Weekly Church Service – Pentecost 18: 1 October 2023


Come, let us return to the Lord, that we may live before him. Hosea 6:1a, 2b



Grant, O merciful God, that your people may have that mind that was in Christ Jesus, who emptied himself, and took the form of a servant, and in humility became obedient even to death.
For you have highly exalted him and bestowed on him the name that is above every name, Jesus Christ, the Lord;
who lives and reigns with you and the Holy Spirit, one God, in everlasting glory. Amen



This week:

  • Exodus 17:1-7
  • Psalm 78:1-4, 11-16
  • Philippians 2
  • Matthew 21:23-32
  • Next week:

  • Exodus 20:1-4, 7-9, 12-20
  • Psalm 19
  • Philippians 3
  • Matthew 21:33-46

A Thought to Ponder

Pentecost 18 – Matthew 21:23-320:1-16

The parable of the two sons: “Tax collectors and prostitutes are entering the kingdom of God before you. When John came to you in the way of righteousness, you did not believe him; but the tax collectors and the prostitutes did.”
Today’s parable of the two sons is a devastating condemnation of the Jewish religious leaders whose faith is confined to words and rituals. Jesus states unequivocally that those the self-righteous consider to be the very antithesis of religious will be welcomed by God into his presence before the “professional” religious.
Prostitutes and tax collectors were the most despised outcasts in Judaism. In light of the First Testament tradition of God’s relationship with Israel as a “marriage” and Israel’s disloyalty as “harlotry,” prostitution was considered an especially heinous sin. Tax collectors were, in the eyes of Palestinian Jews, the very personification of corruption and theft. According to the Roman system of tax collection, tax collectors (also called publicans) would pay the state a fixed sum based on the theoretical amount of taxes due from a given region. The publican, in return, had the right to collect the taxes in that region – and they were not above using terrorism and extortion to collect. Tax collectors, as agents of the state, were also shunned as collaborators with Israel’s Roman captors.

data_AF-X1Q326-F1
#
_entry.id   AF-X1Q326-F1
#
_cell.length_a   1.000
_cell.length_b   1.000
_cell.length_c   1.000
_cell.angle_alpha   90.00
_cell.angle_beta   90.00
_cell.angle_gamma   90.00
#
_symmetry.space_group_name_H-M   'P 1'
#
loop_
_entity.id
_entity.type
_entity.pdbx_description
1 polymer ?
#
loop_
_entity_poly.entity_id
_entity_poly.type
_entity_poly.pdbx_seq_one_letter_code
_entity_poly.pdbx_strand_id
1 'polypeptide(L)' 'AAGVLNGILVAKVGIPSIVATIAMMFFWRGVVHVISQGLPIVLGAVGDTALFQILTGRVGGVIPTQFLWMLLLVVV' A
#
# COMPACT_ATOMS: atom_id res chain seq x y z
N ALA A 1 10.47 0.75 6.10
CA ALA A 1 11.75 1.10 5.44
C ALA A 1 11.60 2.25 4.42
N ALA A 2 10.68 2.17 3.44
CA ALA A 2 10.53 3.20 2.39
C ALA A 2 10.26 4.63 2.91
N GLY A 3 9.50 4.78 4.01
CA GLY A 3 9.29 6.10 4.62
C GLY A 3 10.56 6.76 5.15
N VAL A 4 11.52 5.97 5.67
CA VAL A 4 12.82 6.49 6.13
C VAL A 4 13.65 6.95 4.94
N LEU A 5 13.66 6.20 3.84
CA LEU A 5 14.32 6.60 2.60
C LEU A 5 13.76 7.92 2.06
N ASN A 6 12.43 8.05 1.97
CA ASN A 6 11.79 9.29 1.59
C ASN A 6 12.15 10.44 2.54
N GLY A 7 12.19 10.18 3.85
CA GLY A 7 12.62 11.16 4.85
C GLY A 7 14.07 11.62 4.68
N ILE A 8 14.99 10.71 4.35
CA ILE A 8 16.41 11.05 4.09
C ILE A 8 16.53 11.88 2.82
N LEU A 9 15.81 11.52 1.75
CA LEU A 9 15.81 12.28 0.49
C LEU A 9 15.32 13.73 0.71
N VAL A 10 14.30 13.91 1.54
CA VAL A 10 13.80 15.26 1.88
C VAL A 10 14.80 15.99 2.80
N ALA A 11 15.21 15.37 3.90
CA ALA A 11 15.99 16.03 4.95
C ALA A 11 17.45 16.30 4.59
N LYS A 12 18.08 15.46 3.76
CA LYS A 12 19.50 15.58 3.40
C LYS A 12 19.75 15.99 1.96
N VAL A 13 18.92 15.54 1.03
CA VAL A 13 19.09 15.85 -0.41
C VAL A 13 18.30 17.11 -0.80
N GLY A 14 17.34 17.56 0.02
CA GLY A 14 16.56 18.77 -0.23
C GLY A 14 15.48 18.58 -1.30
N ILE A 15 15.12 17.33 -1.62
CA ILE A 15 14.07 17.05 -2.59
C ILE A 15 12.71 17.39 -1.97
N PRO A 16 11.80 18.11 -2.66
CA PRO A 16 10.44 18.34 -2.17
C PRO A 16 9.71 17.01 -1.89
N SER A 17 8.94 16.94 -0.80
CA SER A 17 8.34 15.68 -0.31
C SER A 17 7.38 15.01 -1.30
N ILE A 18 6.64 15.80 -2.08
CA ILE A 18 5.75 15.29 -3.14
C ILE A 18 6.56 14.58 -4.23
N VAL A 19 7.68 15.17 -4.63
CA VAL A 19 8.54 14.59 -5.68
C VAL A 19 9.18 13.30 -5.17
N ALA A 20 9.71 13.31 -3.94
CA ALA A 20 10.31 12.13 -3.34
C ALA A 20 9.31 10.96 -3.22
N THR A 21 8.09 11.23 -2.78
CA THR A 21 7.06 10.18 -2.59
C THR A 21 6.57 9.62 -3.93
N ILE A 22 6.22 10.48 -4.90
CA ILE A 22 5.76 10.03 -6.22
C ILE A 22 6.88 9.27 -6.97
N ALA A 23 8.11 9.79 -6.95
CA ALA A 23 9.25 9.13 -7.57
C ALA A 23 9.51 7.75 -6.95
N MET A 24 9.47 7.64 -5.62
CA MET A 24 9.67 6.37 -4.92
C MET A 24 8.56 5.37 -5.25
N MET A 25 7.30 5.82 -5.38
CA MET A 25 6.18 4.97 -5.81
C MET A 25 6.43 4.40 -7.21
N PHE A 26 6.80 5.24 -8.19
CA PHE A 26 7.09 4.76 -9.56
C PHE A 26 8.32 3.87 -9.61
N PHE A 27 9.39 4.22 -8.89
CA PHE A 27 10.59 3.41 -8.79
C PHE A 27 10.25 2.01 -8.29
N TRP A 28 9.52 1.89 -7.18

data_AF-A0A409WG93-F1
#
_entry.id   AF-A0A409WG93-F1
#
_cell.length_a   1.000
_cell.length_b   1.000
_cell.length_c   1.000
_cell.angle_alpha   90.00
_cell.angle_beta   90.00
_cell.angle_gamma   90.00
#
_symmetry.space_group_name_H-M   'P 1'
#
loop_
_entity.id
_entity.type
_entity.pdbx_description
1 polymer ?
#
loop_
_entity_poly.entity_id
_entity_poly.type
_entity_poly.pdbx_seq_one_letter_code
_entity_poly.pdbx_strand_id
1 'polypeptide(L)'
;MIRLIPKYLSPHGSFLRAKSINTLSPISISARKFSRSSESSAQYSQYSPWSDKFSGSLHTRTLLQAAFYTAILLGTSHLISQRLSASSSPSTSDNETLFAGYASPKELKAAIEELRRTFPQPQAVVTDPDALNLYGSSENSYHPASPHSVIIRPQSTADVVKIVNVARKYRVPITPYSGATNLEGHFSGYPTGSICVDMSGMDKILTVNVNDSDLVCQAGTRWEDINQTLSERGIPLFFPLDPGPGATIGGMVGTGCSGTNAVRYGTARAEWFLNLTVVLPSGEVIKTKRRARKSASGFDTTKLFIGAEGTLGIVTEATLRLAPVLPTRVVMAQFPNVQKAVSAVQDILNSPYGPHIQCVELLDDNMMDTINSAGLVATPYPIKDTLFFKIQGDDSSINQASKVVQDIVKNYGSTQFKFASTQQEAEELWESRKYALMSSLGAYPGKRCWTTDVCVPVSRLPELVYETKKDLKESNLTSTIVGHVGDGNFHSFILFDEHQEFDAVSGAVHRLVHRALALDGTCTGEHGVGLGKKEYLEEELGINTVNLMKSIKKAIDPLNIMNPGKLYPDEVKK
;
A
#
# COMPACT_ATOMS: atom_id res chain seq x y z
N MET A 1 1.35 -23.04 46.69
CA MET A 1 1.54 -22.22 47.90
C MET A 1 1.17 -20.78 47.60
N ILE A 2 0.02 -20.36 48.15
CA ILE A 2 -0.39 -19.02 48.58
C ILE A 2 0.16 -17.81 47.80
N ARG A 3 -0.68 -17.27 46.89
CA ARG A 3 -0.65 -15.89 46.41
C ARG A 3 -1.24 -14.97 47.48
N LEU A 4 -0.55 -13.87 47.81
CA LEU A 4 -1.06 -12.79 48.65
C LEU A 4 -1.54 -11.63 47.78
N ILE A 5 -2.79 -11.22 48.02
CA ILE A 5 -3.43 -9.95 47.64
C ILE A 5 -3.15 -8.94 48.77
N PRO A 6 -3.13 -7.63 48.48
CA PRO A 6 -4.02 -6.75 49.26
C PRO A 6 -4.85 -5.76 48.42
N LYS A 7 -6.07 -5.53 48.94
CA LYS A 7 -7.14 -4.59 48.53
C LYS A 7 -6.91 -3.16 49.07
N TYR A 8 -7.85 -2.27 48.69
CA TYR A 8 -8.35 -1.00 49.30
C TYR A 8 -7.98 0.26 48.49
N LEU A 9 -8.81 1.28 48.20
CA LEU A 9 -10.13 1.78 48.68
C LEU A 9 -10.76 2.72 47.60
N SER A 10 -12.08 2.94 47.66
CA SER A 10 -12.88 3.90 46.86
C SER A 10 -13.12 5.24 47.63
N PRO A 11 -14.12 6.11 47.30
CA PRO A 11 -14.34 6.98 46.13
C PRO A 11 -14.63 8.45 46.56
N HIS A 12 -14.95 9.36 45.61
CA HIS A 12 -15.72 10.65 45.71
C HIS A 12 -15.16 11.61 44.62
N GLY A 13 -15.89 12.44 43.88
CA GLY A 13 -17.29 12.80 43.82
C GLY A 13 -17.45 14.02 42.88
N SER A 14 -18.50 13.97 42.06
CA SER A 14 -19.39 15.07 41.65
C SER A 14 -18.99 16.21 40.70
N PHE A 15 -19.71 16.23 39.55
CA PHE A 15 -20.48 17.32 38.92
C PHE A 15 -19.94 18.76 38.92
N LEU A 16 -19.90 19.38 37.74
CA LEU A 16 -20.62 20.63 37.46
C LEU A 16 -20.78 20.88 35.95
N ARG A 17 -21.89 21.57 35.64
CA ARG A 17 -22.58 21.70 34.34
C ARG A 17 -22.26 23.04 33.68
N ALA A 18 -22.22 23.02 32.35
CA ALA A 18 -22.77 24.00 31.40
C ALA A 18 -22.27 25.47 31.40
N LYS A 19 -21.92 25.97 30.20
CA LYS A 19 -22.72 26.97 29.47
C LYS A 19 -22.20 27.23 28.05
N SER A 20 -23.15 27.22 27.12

Jesus’ declaration that those guilty of the most abhorrent of sins would enter God’s kingdom before them deepened the Jewish establishment’s animosity toward Jesus.
Jesus’ simple story of the two sons takes the Gospel out of the realm of the “theoretical” and places the mercy of God into the midst of our messy, complicated everyday lives. Compassion, forgiveness and mercy are only words until our actions give full expression to those values in our relationships with others; our calling ourselves Christians and disciples of Jesus means nothing until our lives express that identity in the values will uphold and the beliefs we live.
The words of the Gospel must be lived; Jesus’ teachings on justice, reconciliation and love must be the light that guides us, the path we walk, the prayer we work to make a reality. Discipleship begins within our hearts, where we realize Christ’s presence in our lives and in the lives of others and then honouring that presence in meaningful acts of compassion and charity.
Throughout the Gospels, Jesus shatters labels and stereotypes in order to uphold the sacred dignity of all men and women in the eyes of God. Christ calls us to move beyond our own contemporary version of the designations of “tax collector” and “prostitute” to recognize, instead, the holiness that resides within the soul of every person, who is, like us, a child of God.
© Connections/MediaWork

© Connections/MediaWorks


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